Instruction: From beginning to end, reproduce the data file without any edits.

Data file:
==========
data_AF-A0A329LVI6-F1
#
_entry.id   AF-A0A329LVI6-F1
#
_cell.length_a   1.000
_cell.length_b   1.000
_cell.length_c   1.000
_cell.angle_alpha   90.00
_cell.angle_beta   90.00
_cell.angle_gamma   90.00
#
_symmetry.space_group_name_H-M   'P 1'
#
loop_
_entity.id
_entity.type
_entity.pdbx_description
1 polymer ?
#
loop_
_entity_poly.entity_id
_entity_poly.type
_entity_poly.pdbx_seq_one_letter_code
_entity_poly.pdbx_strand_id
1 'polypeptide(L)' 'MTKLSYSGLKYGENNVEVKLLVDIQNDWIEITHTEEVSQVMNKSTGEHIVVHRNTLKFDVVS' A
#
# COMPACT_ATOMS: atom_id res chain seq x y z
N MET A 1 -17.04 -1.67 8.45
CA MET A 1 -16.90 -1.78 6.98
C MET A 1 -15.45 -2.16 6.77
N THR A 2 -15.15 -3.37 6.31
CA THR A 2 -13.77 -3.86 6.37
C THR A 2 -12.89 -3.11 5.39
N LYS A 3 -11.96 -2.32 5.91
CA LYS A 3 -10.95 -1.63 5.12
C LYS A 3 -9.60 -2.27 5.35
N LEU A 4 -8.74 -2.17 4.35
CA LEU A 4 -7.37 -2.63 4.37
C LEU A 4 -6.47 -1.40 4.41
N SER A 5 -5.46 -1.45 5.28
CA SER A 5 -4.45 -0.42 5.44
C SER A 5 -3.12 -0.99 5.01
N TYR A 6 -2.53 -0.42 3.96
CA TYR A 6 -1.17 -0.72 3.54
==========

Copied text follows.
data_AF-A0A329LVI6-F1
#
_entry.id   AF-A0A329LVI6-F1
#
_cell.length_a   1.000
_cell.length_b   1.000
_cell.length_c   1.000
_cell.angle_alpha   90.00
_cell.angle_beta   90.00
_cell.angle_gamma   90.00
#
_symmetry.space_group_name_H-M   'P 1'
#
loop_
_entity.id
_entity.type
_entity.pdbx_description
1 polymer ?
#
loop_
_entity_poly.entity_id
_entity_poly.type
_entity_poly.pdbx_seq_one_letter_code
_entity_poly.pdbx_strand_id
1 'polypeptide(L)' 'MTKLSYSGLKYGENNVEVKLLVDIQNDWIEITHTEEVSQVMNKSTGEHIVVHRNTLKFDVVS' A
#
# COMPACT_ATOMS: atom_id res chain seq x y z
N MET A 1 -17.04 -1.67 8.45
CA MET A 1 -16.90 -1.78 6.98
C MET A 1 -15.45 -2.16 6.77
N THR A 2 -15.15 -3.37 6.31
CA THR A 2 -13.77 -3.86 6.37
C THR A 2 -12.89 -3.11 5.39
N LYS A 3 -11.96 -2.32 5.91
CA LYS A 3 -10.95 -1.63 5.12
C LYS A 3 -9.60 -2.27 5.35
N LEU A 4 -8.74 -2.17 4.35
CA LEU A 4 -7.37 -2.63 4.37
C LEU A 4 -6.47 -1.40 4.41
N SER A 5 -5.46 -1.45 5.28
CA SER A 5 -4.45 -0.42 5.44
C SER A 5 -3.12 -0.99 5.01
N TYR A 6 -2.53 -0.42 3.96
CA TYR A 6 -1.17 -0.72 3.54